• Written and widely circulated an Alternative White Paper that clearly sets out our concerns and our governing principle. A shortened version of the Paper has also been produced and translated into the main EU languages.
  • Met with both officials and ministers (David Jones) at DeXEU, in London and in Madrid. Meetings are continuing through the negotiation period.
  • Met with Michel Barnier, the EC's Chief Negotiator, and many other EU politicians and officials in Brussels and elsewhere. We're fortunate in having two members with expertise in high level EU lobbying who are currently spending many hours a week on this; regular meetings and dialogue will continue throughout the negotiations.
  • Commented on the first draft of the EU draft negotiating guidelines. Our comments were taken into account in the second draft, including the inclusion of free movement which had been absent from the initial draft.
  • Worked with Peers to produce an amendment to the Brexit bill which would have included a unilateral guarantee of citizens'  rights in the clause notifying the intention to withdraw from the EU. Unfortunately this was not passed, but in the process we raised a lot of awareness and made many good contacts who are now very supportive of our cause.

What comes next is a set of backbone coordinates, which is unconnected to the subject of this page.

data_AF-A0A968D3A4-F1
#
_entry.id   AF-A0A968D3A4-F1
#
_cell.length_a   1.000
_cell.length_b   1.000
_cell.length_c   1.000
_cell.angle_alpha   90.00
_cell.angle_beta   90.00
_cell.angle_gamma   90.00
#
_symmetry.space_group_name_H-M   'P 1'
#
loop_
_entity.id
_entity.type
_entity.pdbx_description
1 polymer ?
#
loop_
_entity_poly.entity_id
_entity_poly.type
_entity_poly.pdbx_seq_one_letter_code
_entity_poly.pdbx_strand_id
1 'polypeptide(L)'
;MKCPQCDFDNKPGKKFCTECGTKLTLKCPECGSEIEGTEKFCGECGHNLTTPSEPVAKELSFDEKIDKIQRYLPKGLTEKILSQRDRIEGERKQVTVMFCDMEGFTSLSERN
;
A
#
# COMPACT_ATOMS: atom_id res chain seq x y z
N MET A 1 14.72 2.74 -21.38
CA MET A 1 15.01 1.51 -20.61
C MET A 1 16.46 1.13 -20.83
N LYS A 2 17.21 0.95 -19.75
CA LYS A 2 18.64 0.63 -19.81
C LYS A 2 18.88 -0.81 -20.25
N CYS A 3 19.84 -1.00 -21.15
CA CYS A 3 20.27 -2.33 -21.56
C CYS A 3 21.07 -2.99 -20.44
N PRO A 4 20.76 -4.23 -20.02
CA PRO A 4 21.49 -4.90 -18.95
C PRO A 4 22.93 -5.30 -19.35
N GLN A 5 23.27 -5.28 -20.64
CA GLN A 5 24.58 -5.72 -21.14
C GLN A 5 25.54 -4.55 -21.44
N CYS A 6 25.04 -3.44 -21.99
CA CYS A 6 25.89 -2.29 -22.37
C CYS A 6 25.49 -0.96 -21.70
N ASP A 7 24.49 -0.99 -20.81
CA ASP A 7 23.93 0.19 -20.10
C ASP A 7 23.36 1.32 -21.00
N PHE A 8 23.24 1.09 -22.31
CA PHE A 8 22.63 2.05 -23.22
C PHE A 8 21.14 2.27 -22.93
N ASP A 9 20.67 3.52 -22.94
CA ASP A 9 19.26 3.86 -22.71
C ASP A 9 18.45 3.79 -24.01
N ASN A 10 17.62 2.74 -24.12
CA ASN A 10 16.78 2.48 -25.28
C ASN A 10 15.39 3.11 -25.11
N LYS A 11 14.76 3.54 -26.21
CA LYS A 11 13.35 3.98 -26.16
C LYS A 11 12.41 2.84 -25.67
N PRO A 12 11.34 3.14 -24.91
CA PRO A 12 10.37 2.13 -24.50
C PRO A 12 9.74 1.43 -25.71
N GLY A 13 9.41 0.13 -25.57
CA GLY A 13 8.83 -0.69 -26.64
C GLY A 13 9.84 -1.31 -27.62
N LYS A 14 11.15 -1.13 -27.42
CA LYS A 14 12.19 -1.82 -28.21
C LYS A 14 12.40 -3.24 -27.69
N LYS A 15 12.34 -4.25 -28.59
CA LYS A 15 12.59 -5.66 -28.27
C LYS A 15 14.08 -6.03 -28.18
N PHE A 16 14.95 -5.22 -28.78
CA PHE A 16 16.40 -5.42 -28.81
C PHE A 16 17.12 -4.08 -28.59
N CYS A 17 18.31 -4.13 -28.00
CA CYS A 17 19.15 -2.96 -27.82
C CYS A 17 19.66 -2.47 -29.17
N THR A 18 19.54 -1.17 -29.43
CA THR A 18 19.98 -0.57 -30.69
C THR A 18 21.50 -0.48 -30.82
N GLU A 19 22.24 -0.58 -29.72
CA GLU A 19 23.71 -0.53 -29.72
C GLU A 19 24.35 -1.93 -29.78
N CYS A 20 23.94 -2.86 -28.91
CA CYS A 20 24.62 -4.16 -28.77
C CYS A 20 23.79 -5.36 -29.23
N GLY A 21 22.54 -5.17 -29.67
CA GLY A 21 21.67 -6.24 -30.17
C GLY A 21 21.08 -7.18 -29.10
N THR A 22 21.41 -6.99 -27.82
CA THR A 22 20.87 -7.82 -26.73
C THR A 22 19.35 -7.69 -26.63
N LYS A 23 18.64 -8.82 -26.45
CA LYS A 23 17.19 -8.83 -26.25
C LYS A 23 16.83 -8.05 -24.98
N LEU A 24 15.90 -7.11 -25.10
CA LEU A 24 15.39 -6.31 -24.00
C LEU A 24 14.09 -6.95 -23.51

• Undertaken joint exercises to mass-lobby ministers, party leaders, MPs and election candidates many times on specific issues, including unilateral guarantees, ring-fencing and Votes for Life.
  • Issued countless press releases and statements at every significant development, most of which have been published. The Guardian in particular closely follows our story.
  • Met politicians in various EU countries to discuss our situation and lobby for their support. This aspect of our work will increase as negotiations proceed.

embers of the British in Europe committee - who are mainly the coordinators and leaders of its member groups - live all over Europe. We 'meet' regularly via conference and video calls and are in constant communication by email and team collaboration software.